In many ways, you can’t judge Round Midnight like a ‘traditional’ film score, because it isn’t one. And I don’t mean it isn’t traditional because it’s jazz, because there have been a number of absolutely wonderful jazz scores, dating back to the 1950s, which simultaneously act as dramatic, narrative underscore in their own right. What I mean is that Round Midnight’s original music is indistinguishable from the pre-existing music by design, featuring mainly as diegetic music emanating from the Blue Note’s stage. It’s not meant to function as dramatic underscore, conveying emotions or story elements. It’s simply the music that surrounds these characters in their daily lives; they hear it, feel it, and live it constantly. I feel that I must again emphasize just how good this music is as pure music – Hancock’s arrangements of the jazz standards are exemplary, and the array of talented performers he gathered to play the tunes is a who’s who of the best jazzmen of the 1980s.

But, again, you shouldn’t be able to win an Original Score Oscar for eleven minutes of original music, irrespective of how good that music is. This is clearly an example of Oscar voters being unaware of what they were voting for, and not realizing what was new music written for the film and what was written in the 1920s. On the one hand this is understandable, because Hancock’s original compositions are hugely authentic and fit in perfectly with the style of the rest of the music, but the bottom line is that it should never have been nominated in the first place. Aficionados of the genre will love this album and the moody atmosphere it creates, but film music fans are destined to remember it as the score which robbed Ennio Morricone of the Oscar he richly deserved.

Buy the Round Midnight soundtrack from the Movie Music UK Store

Track Listing:

  • Round Midnight (written by Thelonious Monk, Bernie Hanighen, and Cootie Williams) (5.35)
  • Body and Soul (written by Edward Heyman, Robert Sour, Frank Eyton, and Johnny Green) (5.54)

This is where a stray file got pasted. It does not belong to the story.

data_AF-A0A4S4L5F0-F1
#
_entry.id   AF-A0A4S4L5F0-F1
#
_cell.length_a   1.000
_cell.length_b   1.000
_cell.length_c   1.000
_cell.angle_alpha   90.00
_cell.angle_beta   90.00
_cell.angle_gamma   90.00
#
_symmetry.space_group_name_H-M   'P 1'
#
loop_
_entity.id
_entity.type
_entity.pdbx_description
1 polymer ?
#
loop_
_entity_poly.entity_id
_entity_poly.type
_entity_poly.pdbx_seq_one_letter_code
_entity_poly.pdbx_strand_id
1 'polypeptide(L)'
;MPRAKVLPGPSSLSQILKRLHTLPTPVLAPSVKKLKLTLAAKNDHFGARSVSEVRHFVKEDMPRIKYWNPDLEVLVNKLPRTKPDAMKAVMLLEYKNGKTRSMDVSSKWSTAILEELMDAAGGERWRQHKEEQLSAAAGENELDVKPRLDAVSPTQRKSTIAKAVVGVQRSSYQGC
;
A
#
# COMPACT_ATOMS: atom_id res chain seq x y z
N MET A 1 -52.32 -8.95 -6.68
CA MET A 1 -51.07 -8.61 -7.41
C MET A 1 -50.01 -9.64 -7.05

• Bérangère’s Nightmare (3.06)
  • Fair Weather (written by Kenny Dorham) (6.05)
  • Una Noche Con Francis (written by Bud Powell) (4.22)
  • The Peacocks (written by Jimmy Rowles) (7.16)
  • How Long Has This Been Going On? (written by Ira Gershwin and George Gershwin) (3.12)
  • Rhythm-a-Ning (written by Theolonious Monk) (4.11)
  • Still Time (3:50)
  • Minuit aux Champs-Elysées (written by Henri Renaud) (3.26)
  • Chan’s Song (Never Said) (written by Stevie Wonder and Herbie Hancock) (4.15)

Running Time: 51 minutes 14 seconds

Columbia Records 40464 (1986)

Music composed and arranged by Herbie Hancock. Featured musical soloists Herbie Hancock, Ron Carter, Tony Williams, Dexter Gordon, Pierre Michelot, Billy Higgins, John McLaughlin, Chet Baker, Wayne Shorter, Bobby Hutcherson, Freddie Hubbard and Cedar Walton. Special vocal performances by Bobby McFerrin, Chet Baker and Lonette McKee. Recorded and mixed by William Flagioliet. Album produced by Herbie Hancock.

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  1. October 14, 2016 at 4:59 pm

    worst Oscar decision ever!! Ennio should have won!

  2. October 29, 2016 at 7:29 pm

    Great internet site! It looks extremely expert! Sustain the helpful job! https://www.youtube.com/watch?v=vIJzPyBZiQA

  3. Dan
    December 10, 2016 at 8:32 pm

    “In 1981 Vangelis’s one-theme electronic noodling on Chariots of Fire somehow defeated Raiders of the Lost Ark”.

    Um, just a slight correction, but there are actually several themes in Chariots of Fire. They’re all electronic yes, but that’s Vangelis.

    Anyway, this is score doesn’t really interest me, but the academy’s taste in music can probably be determined by the number of great composers who have failed to get nomination, many of whom should have gotten nominated (Poledouris anyone?).